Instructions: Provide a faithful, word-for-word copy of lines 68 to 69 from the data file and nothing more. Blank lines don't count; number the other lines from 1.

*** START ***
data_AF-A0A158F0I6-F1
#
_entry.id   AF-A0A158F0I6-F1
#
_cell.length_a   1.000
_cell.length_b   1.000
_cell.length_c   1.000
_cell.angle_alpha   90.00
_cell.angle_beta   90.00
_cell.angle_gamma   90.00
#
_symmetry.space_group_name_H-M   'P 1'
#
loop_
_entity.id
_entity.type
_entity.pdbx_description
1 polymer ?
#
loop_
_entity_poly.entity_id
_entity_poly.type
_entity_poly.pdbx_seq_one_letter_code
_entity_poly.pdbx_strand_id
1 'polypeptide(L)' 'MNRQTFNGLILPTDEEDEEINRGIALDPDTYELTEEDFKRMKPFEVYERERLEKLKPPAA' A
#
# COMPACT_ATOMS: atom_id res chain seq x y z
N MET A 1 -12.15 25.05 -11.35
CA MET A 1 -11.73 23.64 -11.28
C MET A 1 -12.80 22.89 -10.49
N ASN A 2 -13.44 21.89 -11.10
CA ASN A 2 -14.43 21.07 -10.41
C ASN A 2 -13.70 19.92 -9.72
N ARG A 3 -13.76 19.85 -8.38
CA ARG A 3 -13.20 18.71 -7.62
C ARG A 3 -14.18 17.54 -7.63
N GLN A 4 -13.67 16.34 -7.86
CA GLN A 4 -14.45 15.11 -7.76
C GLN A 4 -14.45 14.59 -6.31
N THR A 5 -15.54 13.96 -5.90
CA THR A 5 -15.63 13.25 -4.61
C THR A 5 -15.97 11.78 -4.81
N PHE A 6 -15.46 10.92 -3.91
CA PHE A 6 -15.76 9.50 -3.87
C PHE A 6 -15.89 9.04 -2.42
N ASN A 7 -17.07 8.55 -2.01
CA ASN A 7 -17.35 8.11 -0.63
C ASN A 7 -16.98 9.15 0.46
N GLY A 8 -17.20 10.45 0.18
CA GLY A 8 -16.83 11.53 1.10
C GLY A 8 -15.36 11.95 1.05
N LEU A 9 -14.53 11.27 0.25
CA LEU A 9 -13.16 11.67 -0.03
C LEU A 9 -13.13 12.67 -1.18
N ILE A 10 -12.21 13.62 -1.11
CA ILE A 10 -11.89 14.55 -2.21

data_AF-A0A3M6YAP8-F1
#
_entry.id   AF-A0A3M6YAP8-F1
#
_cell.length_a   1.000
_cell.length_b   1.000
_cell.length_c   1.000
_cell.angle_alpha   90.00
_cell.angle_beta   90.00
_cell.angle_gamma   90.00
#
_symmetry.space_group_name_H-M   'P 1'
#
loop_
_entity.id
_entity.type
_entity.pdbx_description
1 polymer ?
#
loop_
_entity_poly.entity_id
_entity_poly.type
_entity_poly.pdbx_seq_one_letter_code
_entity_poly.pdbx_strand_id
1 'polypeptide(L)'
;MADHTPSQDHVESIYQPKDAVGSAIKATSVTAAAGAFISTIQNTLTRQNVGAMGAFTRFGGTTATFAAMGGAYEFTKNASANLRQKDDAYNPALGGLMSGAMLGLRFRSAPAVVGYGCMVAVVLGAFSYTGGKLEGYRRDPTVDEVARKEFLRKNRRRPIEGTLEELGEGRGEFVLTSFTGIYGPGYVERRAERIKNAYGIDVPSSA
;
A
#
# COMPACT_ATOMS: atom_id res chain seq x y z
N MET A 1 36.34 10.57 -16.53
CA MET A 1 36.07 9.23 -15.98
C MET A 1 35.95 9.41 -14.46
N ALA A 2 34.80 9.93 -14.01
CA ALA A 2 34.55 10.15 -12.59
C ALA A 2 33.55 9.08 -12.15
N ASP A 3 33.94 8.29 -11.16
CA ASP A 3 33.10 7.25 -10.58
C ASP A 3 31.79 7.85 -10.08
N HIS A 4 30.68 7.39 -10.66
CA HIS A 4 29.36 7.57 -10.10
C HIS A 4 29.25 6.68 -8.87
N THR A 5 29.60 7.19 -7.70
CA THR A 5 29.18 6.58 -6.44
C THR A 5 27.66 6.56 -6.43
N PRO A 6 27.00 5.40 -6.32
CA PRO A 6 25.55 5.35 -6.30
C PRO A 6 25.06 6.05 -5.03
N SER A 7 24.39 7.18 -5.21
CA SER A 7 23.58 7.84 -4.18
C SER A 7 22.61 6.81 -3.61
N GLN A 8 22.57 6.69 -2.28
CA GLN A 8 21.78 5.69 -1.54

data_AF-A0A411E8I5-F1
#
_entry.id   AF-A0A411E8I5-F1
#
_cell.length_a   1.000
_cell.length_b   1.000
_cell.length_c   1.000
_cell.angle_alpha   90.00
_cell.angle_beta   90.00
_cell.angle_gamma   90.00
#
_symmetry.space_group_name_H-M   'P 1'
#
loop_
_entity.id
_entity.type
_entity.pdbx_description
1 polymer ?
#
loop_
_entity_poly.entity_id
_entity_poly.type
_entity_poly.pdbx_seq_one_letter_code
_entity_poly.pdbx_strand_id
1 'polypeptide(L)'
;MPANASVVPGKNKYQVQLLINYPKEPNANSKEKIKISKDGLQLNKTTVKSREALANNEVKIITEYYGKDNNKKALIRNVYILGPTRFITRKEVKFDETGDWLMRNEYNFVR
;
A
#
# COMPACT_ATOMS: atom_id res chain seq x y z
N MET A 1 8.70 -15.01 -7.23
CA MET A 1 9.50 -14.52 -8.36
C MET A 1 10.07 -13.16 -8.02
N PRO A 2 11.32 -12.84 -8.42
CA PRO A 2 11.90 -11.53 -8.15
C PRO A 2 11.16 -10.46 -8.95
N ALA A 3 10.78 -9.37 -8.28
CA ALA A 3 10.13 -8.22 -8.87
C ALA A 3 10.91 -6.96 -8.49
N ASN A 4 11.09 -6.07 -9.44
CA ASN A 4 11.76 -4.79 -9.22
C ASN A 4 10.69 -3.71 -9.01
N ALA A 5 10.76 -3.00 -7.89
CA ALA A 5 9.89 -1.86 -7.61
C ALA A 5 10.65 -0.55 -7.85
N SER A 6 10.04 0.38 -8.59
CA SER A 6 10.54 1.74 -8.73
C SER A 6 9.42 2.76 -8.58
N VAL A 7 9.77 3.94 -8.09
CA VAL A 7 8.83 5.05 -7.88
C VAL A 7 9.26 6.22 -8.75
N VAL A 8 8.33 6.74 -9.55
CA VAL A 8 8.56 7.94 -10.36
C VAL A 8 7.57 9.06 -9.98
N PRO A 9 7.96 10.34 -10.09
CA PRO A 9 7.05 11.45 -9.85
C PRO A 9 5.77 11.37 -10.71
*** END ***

_symmetry.space_group_name_H-M   'P 1'
#